For ten years now, North American missionaries Kevin and Alicia Madden have lived twenty-two hundred miles away from Kevin's birthplace, Washington, Georgia — a historic little town located about one hundred miles east of Atlanta. Today, their home and hearts are firmly rooted in Canada.
Madden is a church planting missionary and senior pastor of The Potter's House Community Church in Westbank, British Columbia, a community of thirty thousand people, located about four hours from Vancouver. British Columbia is Canada's far-western province, just above Washington State.
"We are so blessed by the Annie Armstrong Easter Offering," says Madden. "As part of the Canadian Convention of Southern Baptists, we work very closely with the North American Mission Board. The funds from the Annie Armstrong Offering help as a supplement to my salary, and help us with many of the ministries we carry out as a church plant. The chairs we sit on in church were provided by Annie Armstrong money.
"It's really hard to imagine our work and our ministry without the kind of support we've had through the Annie Armstrong Offering and through our network of partners. We've been very blessed as a church, but the need is great."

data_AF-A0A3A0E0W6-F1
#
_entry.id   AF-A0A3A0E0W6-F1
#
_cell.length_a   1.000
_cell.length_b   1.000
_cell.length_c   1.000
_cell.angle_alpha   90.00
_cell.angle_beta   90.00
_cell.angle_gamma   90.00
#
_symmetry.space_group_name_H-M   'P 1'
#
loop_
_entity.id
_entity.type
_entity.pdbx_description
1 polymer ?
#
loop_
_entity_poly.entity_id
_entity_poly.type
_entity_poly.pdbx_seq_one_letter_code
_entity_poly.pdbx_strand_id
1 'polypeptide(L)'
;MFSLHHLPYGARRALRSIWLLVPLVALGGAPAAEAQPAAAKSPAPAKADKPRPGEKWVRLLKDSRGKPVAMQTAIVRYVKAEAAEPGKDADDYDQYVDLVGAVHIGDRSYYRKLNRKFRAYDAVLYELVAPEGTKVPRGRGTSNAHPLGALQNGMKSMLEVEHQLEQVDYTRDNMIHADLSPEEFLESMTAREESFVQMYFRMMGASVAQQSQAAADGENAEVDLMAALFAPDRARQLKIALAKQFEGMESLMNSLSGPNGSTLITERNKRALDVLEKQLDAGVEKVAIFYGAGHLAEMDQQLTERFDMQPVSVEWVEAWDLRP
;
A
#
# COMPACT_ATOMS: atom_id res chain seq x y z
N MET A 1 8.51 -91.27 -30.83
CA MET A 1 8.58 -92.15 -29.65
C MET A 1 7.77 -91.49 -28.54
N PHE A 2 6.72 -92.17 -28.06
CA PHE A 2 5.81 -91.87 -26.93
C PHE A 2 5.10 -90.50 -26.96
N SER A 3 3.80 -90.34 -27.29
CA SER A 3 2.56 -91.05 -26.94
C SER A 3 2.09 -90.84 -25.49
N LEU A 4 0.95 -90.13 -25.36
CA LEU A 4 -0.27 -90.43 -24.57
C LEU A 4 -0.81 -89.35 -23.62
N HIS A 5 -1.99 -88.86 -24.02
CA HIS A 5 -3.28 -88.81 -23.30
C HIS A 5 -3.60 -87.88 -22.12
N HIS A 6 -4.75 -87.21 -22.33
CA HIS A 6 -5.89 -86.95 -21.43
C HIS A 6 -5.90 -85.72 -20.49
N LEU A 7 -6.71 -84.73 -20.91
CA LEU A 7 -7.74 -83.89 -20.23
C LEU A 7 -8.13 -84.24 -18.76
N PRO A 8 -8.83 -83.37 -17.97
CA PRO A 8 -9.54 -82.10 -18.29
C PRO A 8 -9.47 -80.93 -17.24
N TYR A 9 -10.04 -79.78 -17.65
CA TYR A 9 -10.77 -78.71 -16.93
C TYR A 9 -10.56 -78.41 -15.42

Westbank runs counter to every image Americans have about Canada. There's no frozen tundra, and the climate is mild compared to most of Canada. It's a rich agricultural region — known for its wine country and fruit orchards, including cherries, pears, apricots, plums, apples, peaches, and grapes. Gigantic Okanagan Lake nearby draws thousands of tourists who come for the fishing and water sports. During a couple of weeks in the summer, temperatures can climb up to one hundred degrees.
Canada is different from the United States in a myriad of subtle ways, according to Madden. There's not a single Canadian language, but both French and English are spoken. There's no famous Canadian cuisine. While America is often characterized as a melting pot, Canadians rally around diversity.
"Canadians consider themselves to be more like a tossed salad," Madden explains. "They celebrate differences. They don't expect conformity to language or to dress or to religion. Diversity is celebrated, and by and large, Canadians are very tolerant, even to the extreme."